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By Bruce Sussman
Tue | Aug 20, 2019 | 7:38 AM PDT

This one feels like getting to the gate at the airport when the door to the jetway is already closed.

You can see your flight, you just can't get there.

Cybersecurity company is 90 seconds too late with contract

IT integrator and cybersecurity company Criterion Systems does a lot of business with the U.S. federal government.

But it lost out on a significant cybersecurity operations contract because it submitted the contract 90 seconds after the deadline.

The stated deadline for submission to the Department of Energy's National Nuclear Security Administration (NNSA) was November 21, 2018, at 5 p.m. ET. 

However, court documents show:

"... the agency advised Criterion that the receipt time stamp for its revised quotation was 5:01:30 ET on November 21, 2018."

In other words, it was a minute and a half too late to be accepted.

The company suggested it may have been a technology issue of some sort.

"Prior to rejecting Criterion's quotation, the agency asked Criterion whether it could provide any evidence that the quotation was timely submitted... in response, Criterion stated that it believed that it had uploaded the quotation in a timely manner but that there 'may have been latency issues' that caused the quotation to be stamped as received at 5:01 p.m."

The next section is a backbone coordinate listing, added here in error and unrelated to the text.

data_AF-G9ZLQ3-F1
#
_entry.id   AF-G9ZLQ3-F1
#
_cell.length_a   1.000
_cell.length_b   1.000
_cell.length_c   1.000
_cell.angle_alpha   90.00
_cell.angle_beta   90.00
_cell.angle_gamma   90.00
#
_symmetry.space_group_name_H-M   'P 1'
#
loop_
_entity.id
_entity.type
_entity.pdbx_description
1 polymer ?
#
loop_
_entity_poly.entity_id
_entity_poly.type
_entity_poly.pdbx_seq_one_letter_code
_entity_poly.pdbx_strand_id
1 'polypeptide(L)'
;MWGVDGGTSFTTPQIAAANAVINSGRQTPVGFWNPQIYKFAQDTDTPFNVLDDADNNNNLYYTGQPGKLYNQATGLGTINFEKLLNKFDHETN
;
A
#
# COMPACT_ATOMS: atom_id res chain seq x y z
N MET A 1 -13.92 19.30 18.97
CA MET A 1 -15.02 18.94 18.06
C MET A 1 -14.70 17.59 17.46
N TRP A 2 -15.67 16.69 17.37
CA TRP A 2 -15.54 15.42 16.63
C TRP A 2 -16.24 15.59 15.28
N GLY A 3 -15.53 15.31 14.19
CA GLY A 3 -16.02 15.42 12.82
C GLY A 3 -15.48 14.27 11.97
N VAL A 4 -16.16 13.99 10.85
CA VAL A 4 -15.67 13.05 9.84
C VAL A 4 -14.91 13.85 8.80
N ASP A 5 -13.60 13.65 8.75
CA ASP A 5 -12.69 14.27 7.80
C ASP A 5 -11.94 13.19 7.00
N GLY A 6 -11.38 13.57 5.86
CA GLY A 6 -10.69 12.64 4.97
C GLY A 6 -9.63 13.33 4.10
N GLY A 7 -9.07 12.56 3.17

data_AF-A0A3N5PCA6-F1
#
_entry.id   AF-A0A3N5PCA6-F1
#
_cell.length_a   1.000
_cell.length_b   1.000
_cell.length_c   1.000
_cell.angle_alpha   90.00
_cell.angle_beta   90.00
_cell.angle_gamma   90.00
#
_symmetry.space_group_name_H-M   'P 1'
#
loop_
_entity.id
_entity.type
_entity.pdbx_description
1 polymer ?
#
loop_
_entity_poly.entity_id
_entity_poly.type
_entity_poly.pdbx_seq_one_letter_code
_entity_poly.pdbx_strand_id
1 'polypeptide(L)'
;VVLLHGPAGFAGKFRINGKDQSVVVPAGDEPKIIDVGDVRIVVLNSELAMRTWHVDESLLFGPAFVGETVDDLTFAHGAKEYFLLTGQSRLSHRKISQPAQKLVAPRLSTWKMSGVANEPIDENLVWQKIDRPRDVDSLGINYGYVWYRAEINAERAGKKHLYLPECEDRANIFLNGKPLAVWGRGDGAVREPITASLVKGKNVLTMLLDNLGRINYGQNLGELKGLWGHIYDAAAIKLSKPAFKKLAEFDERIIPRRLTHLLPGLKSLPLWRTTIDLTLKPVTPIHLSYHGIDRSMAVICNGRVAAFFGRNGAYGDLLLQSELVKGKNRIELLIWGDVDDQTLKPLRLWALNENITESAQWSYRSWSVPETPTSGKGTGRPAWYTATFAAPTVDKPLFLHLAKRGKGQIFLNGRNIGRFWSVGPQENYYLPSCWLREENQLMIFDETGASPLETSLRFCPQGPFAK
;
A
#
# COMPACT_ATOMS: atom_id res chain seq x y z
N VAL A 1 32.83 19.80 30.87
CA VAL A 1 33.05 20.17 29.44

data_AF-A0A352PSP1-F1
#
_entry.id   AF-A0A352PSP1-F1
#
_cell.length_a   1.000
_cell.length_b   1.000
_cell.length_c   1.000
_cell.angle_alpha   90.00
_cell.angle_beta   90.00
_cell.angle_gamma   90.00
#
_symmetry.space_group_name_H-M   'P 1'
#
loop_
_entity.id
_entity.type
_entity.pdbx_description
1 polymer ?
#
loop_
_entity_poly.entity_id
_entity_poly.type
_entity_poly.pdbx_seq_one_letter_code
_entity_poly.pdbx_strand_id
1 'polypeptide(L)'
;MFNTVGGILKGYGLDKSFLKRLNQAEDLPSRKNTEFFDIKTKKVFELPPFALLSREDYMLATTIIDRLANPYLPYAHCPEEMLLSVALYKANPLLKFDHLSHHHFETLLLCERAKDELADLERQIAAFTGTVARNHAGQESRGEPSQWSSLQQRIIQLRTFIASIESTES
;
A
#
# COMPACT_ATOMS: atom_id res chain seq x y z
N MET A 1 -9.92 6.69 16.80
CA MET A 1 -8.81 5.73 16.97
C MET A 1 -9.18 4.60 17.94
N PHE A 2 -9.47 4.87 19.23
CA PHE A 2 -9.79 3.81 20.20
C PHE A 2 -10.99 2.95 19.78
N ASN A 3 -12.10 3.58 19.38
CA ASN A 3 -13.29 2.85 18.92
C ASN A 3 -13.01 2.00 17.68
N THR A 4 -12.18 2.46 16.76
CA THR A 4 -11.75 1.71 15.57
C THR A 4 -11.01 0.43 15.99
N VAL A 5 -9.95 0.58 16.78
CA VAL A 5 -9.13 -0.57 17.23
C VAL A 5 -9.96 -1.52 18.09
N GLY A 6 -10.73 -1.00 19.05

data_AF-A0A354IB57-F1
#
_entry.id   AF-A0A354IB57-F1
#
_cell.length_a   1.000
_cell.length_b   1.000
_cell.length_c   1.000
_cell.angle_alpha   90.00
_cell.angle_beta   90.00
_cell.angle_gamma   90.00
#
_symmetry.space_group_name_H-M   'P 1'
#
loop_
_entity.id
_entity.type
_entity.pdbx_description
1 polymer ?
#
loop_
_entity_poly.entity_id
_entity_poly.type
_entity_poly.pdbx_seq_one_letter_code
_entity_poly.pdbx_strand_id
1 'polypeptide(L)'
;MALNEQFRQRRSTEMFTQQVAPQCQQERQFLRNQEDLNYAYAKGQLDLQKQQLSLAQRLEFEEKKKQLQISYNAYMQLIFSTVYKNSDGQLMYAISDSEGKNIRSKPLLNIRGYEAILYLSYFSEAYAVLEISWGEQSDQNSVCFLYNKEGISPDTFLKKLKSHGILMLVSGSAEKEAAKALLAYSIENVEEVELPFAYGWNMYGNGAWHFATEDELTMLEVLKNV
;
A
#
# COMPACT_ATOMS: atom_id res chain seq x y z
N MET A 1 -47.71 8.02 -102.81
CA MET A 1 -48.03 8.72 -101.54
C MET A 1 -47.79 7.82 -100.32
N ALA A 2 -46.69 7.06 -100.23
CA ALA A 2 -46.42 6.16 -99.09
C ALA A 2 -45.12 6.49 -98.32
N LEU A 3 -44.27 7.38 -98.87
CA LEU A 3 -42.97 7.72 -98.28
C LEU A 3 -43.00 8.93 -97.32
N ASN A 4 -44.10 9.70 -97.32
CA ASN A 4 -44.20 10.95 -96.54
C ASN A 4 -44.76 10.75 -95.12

The agency did not buy that explanation, and it rejected the company's proposal.

Criterion appeals government decision on cybersecurity services

Criterion Systems appealed the rejection of its cybersecurity services contract with a couple of arguments, but the General Accounting Office denied that protest earlier this year. Read and download that decision here.

And this week, a U.S. federal claims court rejected the protest as well.

So if you're an InfoSec vendor working with the federal government, make a note of this one to the team that submits proposals.

If not, the value of your proposed contract could be gone in 90 seconds.